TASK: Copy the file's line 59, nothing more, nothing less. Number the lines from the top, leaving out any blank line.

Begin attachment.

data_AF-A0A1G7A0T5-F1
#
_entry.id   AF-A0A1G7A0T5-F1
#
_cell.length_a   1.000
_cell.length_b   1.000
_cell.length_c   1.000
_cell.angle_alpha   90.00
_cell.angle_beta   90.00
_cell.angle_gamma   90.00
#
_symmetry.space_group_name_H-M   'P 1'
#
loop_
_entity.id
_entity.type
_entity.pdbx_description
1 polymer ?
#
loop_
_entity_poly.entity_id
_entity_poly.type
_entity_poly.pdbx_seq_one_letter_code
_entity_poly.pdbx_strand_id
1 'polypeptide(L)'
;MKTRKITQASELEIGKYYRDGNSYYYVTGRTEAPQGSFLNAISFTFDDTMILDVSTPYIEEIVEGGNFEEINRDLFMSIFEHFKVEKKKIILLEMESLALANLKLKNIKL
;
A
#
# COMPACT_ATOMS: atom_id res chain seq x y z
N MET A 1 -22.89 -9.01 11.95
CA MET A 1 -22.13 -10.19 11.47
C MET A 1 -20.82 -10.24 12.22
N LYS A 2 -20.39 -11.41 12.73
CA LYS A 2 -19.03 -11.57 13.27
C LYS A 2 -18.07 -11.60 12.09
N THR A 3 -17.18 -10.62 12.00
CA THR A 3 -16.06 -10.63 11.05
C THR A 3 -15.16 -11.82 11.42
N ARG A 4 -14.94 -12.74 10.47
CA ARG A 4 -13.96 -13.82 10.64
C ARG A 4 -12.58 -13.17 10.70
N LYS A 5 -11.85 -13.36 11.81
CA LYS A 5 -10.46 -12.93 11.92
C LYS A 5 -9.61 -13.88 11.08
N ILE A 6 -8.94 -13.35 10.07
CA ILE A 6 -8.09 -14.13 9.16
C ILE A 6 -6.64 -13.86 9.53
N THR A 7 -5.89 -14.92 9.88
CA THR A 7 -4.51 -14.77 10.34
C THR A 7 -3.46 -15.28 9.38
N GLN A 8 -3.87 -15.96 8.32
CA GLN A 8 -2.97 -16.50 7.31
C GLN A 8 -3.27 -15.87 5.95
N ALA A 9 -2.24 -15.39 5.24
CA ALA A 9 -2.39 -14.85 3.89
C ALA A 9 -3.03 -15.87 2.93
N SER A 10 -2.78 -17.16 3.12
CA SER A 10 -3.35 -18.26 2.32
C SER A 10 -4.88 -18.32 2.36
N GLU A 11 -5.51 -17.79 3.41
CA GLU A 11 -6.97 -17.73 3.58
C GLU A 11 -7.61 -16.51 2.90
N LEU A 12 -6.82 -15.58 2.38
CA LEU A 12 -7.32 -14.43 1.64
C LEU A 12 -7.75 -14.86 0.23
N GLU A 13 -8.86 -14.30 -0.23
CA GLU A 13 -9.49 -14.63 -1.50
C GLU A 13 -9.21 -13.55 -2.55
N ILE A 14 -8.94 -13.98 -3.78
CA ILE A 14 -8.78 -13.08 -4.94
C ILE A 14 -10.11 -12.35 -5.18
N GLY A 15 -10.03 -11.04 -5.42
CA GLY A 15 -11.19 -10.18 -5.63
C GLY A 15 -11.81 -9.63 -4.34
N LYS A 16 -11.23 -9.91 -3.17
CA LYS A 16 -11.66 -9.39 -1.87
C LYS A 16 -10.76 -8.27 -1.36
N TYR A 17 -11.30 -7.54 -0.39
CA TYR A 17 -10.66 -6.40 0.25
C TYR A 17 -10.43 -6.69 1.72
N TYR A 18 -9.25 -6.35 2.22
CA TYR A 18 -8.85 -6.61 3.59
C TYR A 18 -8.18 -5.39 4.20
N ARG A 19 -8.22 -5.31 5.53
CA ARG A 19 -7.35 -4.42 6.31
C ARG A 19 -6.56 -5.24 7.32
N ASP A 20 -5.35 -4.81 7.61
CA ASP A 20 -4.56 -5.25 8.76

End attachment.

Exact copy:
CA SER A 10 -3.35 -18.26 2.32